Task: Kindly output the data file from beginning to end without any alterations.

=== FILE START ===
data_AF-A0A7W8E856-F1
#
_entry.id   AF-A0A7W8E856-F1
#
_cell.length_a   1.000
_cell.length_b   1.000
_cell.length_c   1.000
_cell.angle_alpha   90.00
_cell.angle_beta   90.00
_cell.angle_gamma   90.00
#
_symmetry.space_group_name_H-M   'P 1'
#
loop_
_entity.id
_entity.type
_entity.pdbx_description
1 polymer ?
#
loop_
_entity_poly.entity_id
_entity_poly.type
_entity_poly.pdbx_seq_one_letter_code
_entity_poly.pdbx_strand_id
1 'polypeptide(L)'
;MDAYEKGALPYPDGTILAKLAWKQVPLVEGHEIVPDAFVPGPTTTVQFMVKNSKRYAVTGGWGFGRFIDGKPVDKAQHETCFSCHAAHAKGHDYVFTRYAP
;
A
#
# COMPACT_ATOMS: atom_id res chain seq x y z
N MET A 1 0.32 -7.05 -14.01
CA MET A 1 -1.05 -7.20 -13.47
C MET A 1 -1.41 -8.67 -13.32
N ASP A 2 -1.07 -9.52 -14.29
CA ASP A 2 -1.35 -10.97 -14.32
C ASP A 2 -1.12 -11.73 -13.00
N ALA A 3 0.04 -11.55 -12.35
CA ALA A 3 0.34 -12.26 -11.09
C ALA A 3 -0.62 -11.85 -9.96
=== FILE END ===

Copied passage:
data_AF-A0A7W8E856-F1
#
_entry.id   AF-A0A7W8E856-F1
#
_cell.length_a   1.000
_cell.length_b   1.000
_cell.length_c   1.000
_cell.angle_alpha   90.00
_cell.angle_beta   90.00
_cell.angle_gamma   90.00
#
_symmetry.space_group_name_H-M   'P 1'
#
loop_
_entity.id
_entity.type
_entity.pdbx_description
1 polymer ?
#
loop_
_entity_poly.entity_id
_entity_poly.type
_entity_poly.pdbx_seq_one_letter_code
_entity_poly.pdbx_strand_id
1 'polypeptide(L)'
;MDAYEKGALPYPDGTILAKLAWKQVPLVEGHEIVPDAFVPGPTTTVQFMVKNSKRYAVTGGWGFGRFIDGKPVDKAQHETCFSCHAAHAKGHDYVFTRYAP
;
A
#
# COMPACT_ATOMS: atom_id res chain seq x y z
N MET A 1 0.32 -7.05 -14.01
CA MET A 1 -1.05 -7.20 -13.47
C MET A 1 -1.41 -8.67 -13.32
N ASP A 2 -1.07 -9.52 -14.29
CA ASP A 2 -1.35 -10.97 -14.32
C ASP A 2 -1.12 -11.73 -13.00
N ALA A 3 0.04 -11.55 -12.35
CA ALA A 3 0.34 -12.26 -11.09
C ALA A 3 -0.62 -11.85 -9.96